|Vision||To achieve a safe, chaos free and sustainable traffic system for Pune, which will be a model for the rest of India.|
|Mission||To drive the transformation of traffic system through a united force of responsible citizens.|
SPTM's stand on certain aspects regarding the traffic system of Pune
Before we state our stand on certain aspects related to Pune's traffic, we would like to paint a picture of how we would like to see Pune's traffic system.
We envision a people-centric traffic system. Such infrastructure should treat all citizens alike. It should care for sections of society like children, physically as well as financially challenged, senior citizens. It should therefore ensure and encourage safe movement of pedestrians and cyclists.
It should provide equitable road space to all citizens. It should therefore include a very good public transport system which is given preferential treatments when required.
We envision a system that is environmentally sustainable. A good public transport system can achieve major part of that objective. Moreover, the system should use and promote renewable sources of energy and strive for reducing pollution.
The traffic system should be safe and smooth. We should strive for properly planned infrastructure with an eye for the minutest detail.
While achieving all this, we would also push for very good traffic systems in the region surrounding Pune. Lopsided development in cities attracts more people to them, which in turn leads to several problems faced by Indian megapolises.
General philosophy that governs SPTM's views
1. The road users should be prioritized in the following order: Pedestrians, public transport, cycles and rickshaws, personal vehicles.
Traffic system of Pune will consist of following elements:
A] People, i.e., the citizens and
Here is what SPTM thinks about these topics:
As said already, the traffic system must be people-centric, i.e., what must be kept in mind, while designing or enhancing the traffic system, is 'people' and NOT vehicles. The traffic system should take care of the weaker sections like children, physically challenged, senior citizens and must give priority to the needs of pedestrians and ensure their safety.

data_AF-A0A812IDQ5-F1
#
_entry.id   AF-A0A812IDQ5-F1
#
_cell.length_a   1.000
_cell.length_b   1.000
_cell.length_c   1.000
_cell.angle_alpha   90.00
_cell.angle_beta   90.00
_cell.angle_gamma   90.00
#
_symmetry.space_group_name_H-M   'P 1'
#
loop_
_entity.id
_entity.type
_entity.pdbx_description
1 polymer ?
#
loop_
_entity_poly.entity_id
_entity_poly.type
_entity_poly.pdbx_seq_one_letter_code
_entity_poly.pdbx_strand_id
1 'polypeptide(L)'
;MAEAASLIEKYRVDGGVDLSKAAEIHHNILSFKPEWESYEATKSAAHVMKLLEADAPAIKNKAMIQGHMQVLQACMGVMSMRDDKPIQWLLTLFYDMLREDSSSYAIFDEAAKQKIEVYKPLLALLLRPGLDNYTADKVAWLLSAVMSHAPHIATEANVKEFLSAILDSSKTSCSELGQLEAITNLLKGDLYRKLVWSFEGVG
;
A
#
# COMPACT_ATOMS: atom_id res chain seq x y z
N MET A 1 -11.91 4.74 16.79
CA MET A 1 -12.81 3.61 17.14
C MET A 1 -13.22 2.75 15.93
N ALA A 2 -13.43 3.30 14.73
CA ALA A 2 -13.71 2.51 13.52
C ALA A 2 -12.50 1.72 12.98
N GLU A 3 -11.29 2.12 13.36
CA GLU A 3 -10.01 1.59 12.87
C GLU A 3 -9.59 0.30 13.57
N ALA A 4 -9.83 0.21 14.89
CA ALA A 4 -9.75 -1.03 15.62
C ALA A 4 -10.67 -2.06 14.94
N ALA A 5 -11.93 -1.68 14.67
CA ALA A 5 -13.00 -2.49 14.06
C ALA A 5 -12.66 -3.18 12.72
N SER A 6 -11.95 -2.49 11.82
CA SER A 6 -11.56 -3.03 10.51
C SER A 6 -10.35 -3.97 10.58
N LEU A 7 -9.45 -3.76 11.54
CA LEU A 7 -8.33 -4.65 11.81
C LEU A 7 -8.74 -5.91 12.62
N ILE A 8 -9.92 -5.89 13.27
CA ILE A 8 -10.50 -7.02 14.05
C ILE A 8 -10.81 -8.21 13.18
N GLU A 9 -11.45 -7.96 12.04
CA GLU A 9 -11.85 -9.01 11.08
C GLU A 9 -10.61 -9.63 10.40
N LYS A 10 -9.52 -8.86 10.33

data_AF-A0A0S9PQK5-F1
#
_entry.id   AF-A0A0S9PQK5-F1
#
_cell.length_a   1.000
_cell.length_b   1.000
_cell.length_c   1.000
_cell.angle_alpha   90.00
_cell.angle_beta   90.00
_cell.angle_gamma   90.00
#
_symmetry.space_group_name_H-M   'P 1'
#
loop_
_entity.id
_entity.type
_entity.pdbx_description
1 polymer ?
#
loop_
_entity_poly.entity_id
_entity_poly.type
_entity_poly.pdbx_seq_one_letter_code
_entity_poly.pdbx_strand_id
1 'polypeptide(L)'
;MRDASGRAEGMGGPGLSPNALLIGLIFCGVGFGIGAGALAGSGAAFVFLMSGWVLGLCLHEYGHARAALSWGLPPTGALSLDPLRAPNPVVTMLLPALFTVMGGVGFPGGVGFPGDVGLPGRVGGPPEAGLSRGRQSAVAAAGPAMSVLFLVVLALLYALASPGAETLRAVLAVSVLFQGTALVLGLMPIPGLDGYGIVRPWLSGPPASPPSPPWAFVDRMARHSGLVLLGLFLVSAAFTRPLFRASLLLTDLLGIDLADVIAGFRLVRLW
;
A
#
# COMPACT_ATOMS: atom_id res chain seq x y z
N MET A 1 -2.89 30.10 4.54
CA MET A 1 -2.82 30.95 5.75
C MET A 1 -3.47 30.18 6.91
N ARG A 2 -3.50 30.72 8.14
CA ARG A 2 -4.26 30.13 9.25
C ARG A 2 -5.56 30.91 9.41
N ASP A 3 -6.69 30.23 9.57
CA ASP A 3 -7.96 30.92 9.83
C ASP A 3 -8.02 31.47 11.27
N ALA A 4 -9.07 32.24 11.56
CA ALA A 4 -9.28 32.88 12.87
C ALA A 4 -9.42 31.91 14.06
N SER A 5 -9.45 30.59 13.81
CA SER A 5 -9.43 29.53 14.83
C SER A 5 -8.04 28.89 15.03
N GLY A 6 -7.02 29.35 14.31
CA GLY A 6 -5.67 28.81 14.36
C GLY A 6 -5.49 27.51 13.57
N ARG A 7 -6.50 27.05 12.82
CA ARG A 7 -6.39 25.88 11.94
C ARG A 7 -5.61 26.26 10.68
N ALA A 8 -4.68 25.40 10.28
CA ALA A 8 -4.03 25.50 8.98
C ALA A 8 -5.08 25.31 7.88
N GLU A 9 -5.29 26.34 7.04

A BRT system is based on two fundamentals: 1) Reserve lanes for buses and speed them up by priority signalling because they can transport many more people for the same road space, and 2) Make the system attractive to lure people who commute by personal vehicles to use other modes of commute. In addition, a typical BRT corridor provides cycle tracks and wide footpaths, because the objective is to provide alternatives to commute by personal vehicles. A good BRT corridor can have a capacity of carrying 12-15,000 people per hour per direction, up from about 8,000 without a BRT. Such a system has proved beneficial for cities worldwide. SPTM is in favour of BRT, when properly planned and implemented.
A bus system that is accessible to a large no of citizens (a stop within ~500 m, a bus in ~10 minutes) is an essential ingredient for any large city's traffic system, whether the city has a BRT and/or a Metro. SPTM thinks that such a system must be put in place first, for BRT and/or Metro to succeed. A good bus system that reaches nooks and corners of the city is required for people to reach BRT stops/ Metro stations from their homes and offices.
SPTM also thinks that when required, mechanisms like bus lanes, roads reserved for buses, bus priority lanes to enable buses get past traffic at signals will be needed to make the bus system more useful and attractive.